The semantic structure of the film has eight components. The first four woven around Dersu as a teacher of alternative values: his behavior, his personality, his deeds, and his way of thinking. The second four are parts of Kurosawa’s analysis of the context of Dersu as a phenomenon: the role of Arseniev as a mediator between two civilizations (factual and alternative), the childish ignorance of mass people personified by soldiers, the tragedy that Arseniev’s refined scientific efforts of understanding nature as a partner are doomed to promote human obsessions that became the engine of technical progress, and, finally, the destruction of nature and Dersu as a sign of the destruction of the very possibility of creating existential spirituality.

In spite of his intelligence and sensitivity towards alternative values and norms Arseniev is doomed to help to destroy that which he is capable of appreciating – the life and the soul of nature vis-à-vis human beings and human civilization. He thinks that he has been sent to make a geographical research and provide knowledge about nature to help man to live with it in a benevolent partnership. Isn’t this the situation of every scientist who cannot control how the results of his/her research will be used by the decision-makers? The barbaric digestion of nature by the very process of industrialization (that Kurosawa shows in parallel with the growing ignorance and infantilism of human beings) debunks Arseniev’s noble efforts as utopia. In our civilization scientists serve the blind and impatient human desire to manipulate the world. Later in the film Arseniev is, as if, put under house arrest by the material wellbeing and a settled family life. His rapport with the spirit of otherness is reduced to the desire to see Dersu’s grave to pay him the last tribute. Human potential for wisdom personified by Dersu is drying up through the elimination of the very environment for grace.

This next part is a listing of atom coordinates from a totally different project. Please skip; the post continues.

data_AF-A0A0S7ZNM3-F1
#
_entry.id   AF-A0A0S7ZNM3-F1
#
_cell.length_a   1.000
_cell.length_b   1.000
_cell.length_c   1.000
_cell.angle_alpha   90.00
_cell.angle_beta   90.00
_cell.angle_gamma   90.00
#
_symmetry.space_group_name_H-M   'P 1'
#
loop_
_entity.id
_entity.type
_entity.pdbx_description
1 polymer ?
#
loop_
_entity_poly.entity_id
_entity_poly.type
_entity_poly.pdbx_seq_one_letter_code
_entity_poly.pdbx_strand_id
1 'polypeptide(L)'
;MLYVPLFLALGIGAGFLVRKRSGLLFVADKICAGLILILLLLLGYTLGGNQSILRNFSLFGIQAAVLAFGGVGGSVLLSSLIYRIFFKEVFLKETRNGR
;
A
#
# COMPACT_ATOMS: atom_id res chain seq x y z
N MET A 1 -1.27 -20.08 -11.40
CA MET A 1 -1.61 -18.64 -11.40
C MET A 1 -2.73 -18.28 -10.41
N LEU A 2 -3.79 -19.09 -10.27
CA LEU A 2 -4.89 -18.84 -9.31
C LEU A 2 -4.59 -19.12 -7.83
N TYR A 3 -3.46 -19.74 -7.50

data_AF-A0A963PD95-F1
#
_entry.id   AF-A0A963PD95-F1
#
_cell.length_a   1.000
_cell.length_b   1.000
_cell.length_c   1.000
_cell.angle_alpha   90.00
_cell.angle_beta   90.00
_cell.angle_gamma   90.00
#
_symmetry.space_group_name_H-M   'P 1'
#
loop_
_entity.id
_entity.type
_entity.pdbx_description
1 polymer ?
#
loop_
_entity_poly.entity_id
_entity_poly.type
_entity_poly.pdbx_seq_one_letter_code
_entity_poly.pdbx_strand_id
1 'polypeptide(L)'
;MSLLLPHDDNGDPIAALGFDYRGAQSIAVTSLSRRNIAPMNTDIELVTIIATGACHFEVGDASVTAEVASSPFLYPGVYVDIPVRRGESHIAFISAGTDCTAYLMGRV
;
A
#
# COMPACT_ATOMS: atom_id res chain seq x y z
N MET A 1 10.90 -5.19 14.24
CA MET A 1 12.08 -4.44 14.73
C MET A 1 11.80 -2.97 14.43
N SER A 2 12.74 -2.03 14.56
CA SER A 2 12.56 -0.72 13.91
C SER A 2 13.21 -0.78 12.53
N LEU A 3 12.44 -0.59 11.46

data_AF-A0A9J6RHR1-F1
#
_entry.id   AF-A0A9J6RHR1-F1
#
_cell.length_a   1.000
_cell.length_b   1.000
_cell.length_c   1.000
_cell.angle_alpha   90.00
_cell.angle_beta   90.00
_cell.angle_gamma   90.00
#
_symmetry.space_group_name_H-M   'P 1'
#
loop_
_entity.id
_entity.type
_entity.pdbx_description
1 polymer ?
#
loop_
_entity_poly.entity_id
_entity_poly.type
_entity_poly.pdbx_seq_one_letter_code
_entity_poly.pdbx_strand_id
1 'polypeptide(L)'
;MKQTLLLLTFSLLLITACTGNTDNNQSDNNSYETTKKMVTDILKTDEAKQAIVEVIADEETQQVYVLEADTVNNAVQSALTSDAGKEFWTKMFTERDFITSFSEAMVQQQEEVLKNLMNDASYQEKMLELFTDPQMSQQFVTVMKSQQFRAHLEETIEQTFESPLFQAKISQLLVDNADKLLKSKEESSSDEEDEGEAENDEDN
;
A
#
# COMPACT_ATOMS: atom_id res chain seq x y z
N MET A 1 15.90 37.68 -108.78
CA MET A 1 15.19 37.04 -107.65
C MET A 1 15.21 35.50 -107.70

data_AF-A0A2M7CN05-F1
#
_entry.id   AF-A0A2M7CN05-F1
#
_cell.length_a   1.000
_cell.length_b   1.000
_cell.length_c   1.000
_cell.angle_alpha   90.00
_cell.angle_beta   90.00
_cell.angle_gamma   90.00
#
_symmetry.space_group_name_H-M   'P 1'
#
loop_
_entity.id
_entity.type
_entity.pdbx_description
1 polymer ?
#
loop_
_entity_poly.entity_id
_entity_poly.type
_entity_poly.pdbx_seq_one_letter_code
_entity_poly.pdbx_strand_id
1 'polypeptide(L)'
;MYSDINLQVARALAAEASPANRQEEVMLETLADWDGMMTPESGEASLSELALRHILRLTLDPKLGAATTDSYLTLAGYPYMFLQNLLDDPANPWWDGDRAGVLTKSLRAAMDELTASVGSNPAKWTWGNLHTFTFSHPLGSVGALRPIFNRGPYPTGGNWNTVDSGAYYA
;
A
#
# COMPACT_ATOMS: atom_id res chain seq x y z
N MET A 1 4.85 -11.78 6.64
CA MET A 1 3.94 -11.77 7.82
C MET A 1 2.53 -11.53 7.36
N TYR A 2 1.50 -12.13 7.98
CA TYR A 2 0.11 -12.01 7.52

Dersu is sincere and truthful but tolerant and polite. His manner of eating communicates the psychological unimportance of eating in comparison with his human and spiritual concerns (Dersu doesn’t project into eating any psychological needs: libidinous, narcissistic, consumerist or emotional fixations). He is free from the desire to feel dominant over the surrounding world. He behaves expertly and never bossy. He is never prone to demonstrate his competence, to self-assert. He is as human as Sanjuro from Kurosawa’s “Yojimbo” (1961) and “Sanjuro” (1962) but without his intentionally mythologically exaggerated (and humorously balanced) capability to handle powers of earthy authorities. Dersu is Sanjuro transferred into a new epoch when earthy authorities are able to upgrade their power over populations and nature to an unprecedented degree by using technical-scientific knowledge and strategic sophistication to subdue life. He is a transitory figure from Sanjuro to Nishi, Mifune’s character in “The Bad Sleep Well” (1960). While Sanjuro is eventually always triumphant, and Dersu is “forced into retirement” by the withering of the natural environment, Nishi’s protest is doomed before the crushing power of corporate wealth and might.